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Traffic light failure reduces jams
3:00pm Sunday 18th October 2009 in News
TRAFFIC light failure at one of Winchester’s busiest junctions produced a surprise result – fewer jams.
The fault occurred early on Tuesday (October 13) where Southgate Street meets High Street.
The bottleneck often forces drivers to queue for several hundred yards along Southgate Street and the city’s one-way system.
Yet there were only a handful of vehicles on both sides of the junction while the lights were broken. There were also no reports of accidents.
Nearby traders, who see the jams on a daily basis, said the traffic was much lighter.
Matt Lunney, a negotiator at Pearsons estate agents in Southgate Street, noticed the difference.
He said: “Everything is settling down and there’s only been one or two people going a bit too fast along Southgate Street.
“The traffic isn’t too bad. It often goes back a fair way from here but that doesn’t seem to have happened this morning.”
Across the road, Susan Whyman runs the Childhood’s Dream toyshop, and said traffic was flowing freely.
She said: “I drove through it to get to work this morning. There doesn’t seem to be any trouble outside but I’m not sure if it would stay that way if a large truck came around the corner.”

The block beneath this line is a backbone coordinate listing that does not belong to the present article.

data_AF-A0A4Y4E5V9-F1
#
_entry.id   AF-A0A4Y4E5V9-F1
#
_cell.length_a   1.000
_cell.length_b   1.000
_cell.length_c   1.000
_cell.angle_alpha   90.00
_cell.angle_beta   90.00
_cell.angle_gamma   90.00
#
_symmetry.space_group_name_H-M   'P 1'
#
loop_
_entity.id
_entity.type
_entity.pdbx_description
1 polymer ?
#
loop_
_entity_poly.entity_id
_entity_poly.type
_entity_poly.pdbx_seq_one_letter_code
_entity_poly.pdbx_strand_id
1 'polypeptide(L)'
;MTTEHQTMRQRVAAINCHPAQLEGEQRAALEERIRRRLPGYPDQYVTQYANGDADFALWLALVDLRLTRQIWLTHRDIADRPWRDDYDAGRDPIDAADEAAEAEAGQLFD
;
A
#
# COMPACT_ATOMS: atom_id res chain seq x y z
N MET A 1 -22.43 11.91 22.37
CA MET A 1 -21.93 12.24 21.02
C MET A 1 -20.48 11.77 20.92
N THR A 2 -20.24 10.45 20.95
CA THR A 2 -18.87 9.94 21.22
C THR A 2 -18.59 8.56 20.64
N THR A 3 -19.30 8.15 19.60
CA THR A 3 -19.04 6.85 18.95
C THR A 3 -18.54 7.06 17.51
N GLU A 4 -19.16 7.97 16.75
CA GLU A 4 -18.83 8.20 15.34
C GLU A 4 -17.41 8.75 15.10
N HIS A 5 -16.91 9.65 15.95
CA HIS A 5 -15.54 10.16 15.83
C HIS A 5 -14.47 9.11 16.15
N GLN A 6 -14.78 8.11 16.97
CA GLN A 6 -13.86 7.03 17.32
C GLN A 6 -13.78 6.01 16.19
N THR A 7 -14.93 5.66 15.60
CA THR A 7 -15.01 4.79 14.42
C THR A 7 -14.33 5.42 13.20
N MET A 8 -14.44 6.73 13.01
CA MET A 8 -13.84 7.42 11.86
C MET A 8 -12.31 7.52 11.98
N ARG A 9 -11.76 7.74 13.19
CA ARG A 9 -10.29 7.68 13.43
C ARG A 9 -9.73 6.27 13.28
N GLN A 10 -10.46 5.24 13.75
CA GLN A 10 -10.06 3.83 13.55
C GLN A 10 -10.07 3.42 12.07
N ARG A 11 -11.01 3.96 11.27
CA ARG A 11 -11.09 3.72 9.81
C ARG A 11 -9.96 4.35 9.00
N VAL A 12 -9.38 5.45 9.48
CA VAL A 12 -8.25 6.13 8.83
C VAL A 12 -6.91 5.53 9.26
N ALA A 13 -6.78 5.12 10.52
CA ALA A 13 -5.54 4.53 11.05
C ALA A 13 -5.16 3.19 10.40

Along with lorries, many buses also use the junction, including the Bluestar 1 service to Southampton.
Alan Weeks of the Winchester City Residents’ Association often rides the bus into town, and went through the affected junction. While vehicles were doing fine, he said it was risky for pedestrians.
“The people crossing the road were taking their life in their hands, as there weren’t any gaps in the traffic,” he said.
Winchester Friends of the Earth spokesman, Chris Gillham, said they wanted pedestrians to have more priority over cars.
One idea to achieve this in Winchester is ‘shared space’, which includes reducing street furniture.
Mr Gillham said they would support having fewer traffic lights, not just as part of the scheme, but to reduce street clutter too.
County council engineers fixed the fault before Tuesday evening’s rush hour. Traffic returned to normal the next day, with longer queues.
The county council was asked if it might consider switching them back off as an experiment, but it said it would compromise pedestrian safety.
Apart from the Southgate Street lights, there are nine further sets on Winchester’s one-way system in Union, Eastgate, Upper Brook, St George’s and Jewry Streets, along with North Walls and Friarsgate.